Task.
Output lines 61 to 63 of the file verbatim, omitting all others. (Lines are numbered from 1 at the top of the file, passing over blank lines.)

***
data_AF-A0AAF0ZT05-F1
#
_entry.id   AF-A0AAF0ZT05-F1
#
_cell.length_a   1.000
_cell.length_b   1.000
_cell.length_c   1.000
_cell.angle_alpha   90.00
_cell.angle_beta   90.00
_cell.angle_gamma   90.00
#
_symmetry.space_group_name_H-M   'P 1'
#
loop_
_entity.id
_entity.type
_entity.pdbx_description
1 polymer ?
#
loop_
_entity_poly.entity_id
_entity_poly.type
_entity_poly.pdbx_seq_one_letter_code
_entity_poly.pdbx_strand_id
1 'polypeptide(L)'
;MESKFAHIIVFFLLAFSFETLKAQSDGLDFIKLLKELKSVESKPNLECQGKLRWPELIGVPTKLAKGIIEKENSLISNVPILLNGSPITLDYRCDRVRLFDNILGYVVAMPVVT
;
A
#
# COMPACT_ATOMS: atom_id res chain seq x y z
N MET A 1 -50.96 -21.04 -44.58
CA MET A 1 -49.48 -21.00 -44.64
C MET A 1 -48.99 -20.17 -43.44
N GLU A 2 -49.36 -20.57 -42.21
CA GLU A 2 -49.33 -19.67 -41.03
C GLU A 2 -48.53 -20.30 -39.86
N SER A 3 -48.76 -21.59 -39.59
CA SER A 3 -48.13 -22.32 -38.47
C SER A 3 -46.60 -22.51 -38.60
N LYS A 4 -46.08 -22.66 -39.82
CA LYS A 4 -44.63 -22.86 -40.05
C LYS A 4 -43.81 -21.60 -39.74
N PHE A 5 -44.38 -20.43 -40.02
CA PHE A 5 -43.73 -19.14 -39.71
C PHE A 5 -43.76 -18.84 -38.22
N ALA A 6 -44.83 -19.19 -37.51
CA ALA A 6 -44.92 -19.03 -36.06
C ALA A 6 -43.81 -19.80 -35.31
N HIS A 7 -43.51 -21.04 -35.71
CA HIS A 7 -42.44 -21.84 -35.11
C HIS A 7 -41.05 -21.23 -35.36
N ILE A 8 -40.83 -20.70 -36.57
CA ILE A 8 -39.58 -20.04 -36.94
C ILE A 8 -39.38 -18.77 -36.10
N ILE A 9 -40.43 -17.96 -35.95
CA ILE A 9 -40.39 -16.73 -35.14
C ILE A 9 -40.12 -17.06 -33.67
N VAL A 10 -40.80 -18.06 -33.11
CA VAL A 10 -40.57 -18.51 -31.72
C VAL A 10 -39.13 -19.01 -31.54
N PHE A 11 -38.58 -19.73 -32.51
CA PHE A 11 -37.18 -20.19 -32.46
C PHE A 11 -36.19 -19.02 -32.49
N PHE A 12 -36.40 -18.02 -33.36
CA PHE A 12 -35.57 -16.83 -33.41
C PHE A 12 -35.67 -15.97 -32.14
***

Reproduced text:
N PHE A 11 -38.58 -19.73 -32.51
CA PHE A 11 -37.18 -20.19 -32.46
C PHE A 11 -36.19 -19.02 -32.49